This tree was given to me as very young nursery stock in the early 1990s and I grew it on for a few years in larger and larger plastic pots.  I eventually pruned it hard and have since grown it in various bonsai pots. Its shaping has all been done by clip and grow; no wiring at all.  I love it for its rough and flaky bark, the muscling on the trunk and its small and colourful leaf (especially the new growth that is red tinged).  The style has evolved naturally without any master plan; just working with the tree as it grew.  It is a very tough and forgiving tree that is root pruned and potted in the warmer times of the year; the rest of the year involves frequent pinching and trimming to keep it in shape.  To me it looks its best when it is covered in new red growth and because the tree can put out new growth throughout the whole season, even going into winter, this can be at almost any time of year.

6.   Swamp cypress

Taxodium distichum
Tree age: 1970. Year 1st trained/styled: 1978

This tree had been ground grown for a few years and dug up before I purchased it. I chopped it down in height to increase taper – and to get it into my car.  The tree was designed from one side but was later reversed when the trunk was carved to remove the last vestiges of scarring where the trunk had been previously shortened.  Although the tree was carved almost 30 years ago it has never shown any tendency to rot unlike some Swamp cypress you will see in the more tropical parts of Australia.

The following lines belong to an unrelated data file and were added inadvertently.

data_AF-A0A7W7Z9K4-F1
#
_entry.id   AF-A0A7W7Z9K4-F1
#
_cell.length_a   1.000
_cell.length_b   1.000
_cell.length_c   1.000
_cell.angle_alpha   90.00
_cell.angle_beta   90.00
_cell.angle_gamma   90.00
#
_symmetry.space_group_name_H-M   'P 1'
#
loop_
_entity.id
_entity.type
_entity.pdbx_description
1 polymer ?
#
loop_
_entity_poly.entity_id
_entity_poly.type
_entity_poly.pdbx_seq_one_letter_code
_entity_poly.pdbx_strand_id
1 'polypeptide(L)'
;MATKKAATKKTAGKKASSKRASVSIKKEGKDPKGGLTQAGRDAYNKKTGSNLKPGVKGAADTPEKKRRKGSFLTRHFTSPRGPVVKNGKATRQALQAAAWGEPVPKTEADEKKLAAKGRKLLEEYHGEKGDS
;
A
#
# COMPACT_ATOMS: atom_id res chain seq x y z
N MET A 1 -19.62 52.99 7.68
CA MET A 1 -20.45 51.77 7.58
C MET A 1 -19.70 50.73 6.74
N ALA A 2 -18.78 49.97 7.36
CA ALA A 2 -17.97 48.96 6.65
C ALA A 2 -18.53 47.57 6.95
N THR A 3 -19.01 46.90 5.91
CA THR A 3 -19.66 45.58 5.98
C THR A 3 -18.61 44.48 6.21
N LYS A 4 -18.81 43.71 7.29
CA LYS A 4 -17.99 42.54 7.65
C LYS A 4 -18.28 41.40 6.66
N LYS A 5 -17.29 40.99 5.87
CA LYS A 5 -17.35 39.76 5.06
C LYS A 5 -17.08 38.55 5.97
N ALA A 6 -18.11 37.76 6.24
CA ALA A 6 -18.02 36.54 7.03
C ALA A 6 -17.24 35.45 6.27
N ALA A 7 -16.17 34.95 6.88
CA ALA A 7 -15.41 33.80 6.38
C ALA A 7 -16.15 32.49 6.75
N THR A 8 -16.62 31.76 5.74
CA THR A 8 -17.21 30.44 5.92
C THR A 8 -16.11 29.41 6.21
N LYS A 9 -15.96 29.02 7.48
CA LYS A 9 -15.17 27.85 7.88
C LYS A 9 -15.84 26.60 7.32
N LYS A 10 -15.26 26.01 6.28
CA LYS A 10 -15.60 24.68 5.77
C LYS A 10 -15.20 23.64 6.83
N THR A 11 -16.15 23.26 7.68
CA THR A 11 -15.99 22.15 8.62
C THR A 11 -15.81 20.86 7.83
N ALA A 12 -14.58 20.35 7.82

7.   Chinese elm

Ulmus parvifolia
Tree age: 1994. Year 1st trained/styled: 1994

This tree was grown by the late Hong Lin of Melbourne.  He immigrated to Australia in 1994 and was given a Chinese elm that became the stock plant from which this elm was grown as a root cutting.  The tree has been styled in the Lingnan style of clip and grow Wire was rarely used on any of his trees.  Mr Hong also set himself an extra challenge and that was to have the trees look as good from the ‘back’ as well as their ‘front’.  All I have done since purchasing the tree is to water, fertilise (a bit more than Mr Hong did) and trim the excess growth.  I do not intend to change the tree in any substantial way as I feel the tree is close to perfection as it is.  I will only re-pot this tree once every 5 or even 10 years if it continues to stay in good health so as not to produce any excessively vigorous growth.